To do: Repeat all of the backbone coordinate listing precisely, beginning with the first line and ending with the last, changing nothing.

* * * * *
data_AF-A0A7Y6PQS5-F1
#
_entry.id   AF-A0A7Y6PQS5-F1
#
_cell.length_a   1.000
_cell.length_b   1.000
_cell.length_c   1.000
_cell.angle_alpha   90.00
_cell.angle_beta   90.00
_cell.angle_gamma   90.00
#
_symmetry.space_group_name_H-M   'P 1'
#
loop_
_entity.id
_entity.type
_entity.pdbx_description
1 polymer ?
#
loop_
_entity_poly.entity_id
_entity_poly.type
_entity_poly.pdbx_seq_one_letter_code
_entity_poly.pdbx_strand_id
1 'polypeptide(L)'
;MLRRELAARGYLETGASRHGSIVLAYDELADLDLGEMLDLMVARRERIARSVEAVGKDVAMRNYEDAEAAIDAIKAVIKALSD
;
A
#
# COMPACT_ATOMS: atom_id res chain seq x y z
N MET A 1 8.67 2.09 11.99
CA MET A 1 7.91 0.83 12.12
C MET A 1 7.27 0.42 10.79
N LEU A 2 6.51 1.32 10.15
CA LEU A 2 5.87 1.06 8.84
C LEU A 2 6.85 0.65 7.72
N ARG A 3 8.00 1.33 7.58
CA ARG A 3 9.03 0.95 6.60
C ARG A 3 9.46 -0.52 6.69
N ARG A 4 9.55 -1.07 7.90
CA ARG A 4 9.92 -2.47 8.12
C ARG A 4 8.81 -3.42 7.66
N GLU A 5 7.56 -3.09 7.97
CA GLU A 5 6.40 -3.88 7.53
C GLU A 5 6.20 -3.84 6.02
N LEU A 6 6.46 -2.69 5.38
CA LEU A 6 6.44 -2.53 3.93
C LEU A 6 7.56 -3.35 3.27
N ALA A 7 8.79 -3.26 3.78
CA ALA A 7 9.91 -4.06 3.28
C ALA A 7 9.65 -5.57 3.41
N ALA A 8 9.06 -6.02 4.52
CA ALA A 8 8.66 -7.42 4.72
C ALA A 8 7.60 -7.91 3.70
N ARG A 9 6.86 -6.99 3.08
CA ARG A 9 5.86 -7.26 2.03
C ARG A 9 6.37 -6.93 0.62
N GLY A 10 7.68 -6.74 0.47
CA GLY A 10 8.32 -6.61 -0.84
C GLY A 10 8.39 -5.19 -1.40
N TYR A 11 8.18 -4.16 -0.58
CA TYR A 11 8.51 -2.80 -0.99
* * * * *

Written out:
data_AF-A0A7Y6PQS5-F1
#
_entry.id   AF-A0A7Y6PQS5-F1
#
_cell.length_a   1.000
_cell.length_b   1.000
_cell.length_c   1.000
_cell.angle_alpha   90.00
_cell.angle_beta   90.00
_cell.angle_gamma   90.00
#
_symmetry.space_group_name_H-M   'P 1'
#
loop_
_entity.id
_entity.type
_entity.pdbx_description
1 polymer ?
#
loop_
_entity_poly.entity_id
_entity_poly.type
_entity_poly.pdbx_seq_one_letter_code
_entity_poly.pdbx_strand_id
1 'polypeptide(L)'
;MLRRELAARGYLETGASRHGSIVLAYDELADLDLGEMLDLMVARRERIARSVEAVGKDVAMRNYEDAEAAIDAIKAVIKALSD
;
A
#
# COMPACT_ATOMS: atom_id res chain seq x y z
N MET A 1 8.67 2.09 11.99
CA MET A 1 7.91 0.83 12.12
C MET A 1 7.27 0.42 10.79
N LEU A 2 6.51 1.32 10.15
CA LEU A 2 5.87 1.06 8.84
C LEU A 2 6.85 0.65 7.72
N ARG A 3 8.00 1.33 7.58
CA ARG A 3 9.03 0.95 6.60
C ARG A 3 9.46 -0.52 6.69
N ARG A 4 9.55 -1.07 7.90
CA ARG A 4 9.92 -2.47 8.12
C ARG A 4 8.81 -3.42 7.66
N GLU A 5 7.56 -3.09 7.97
CA GLU A 5 6.40 -3.88 7.53
C GLU A 5 6.20 -3.84 6.02
N LEU A 6 6.46 -2.69 5.38
CA LEU A 6 6.44 -2.53 3.93
C LEU A 6 7.56 -3.35 3.27
N ALA A 7 8.79 -3.26 3.78
CA ALA A 7 9.91 -4.06 3.28
C ALA A 7 9.65 -5.57 3.41
N ALA A 8 9.06 -6.02 4.52
CA ALA A 8 8.66 -7.42 4.72
C ALA A 8 7.60 -7.91 3.70
N ARG A 9 6.86 -6.99 3.08
CA ARG A 9 5.86 -7.26 2.03
C ARG A 9 6.37 -6.93 0.62
N GLY A 10 7.68 -6.74 0.47
CA GLY A 10 8.32 -6.61 -0.84
C GLY A 10 8.39 -5.19 -1.40
N TYR A 11 8.18 -4.16 -0.58
CA TYR A 11 8.51 -2.80 -0.99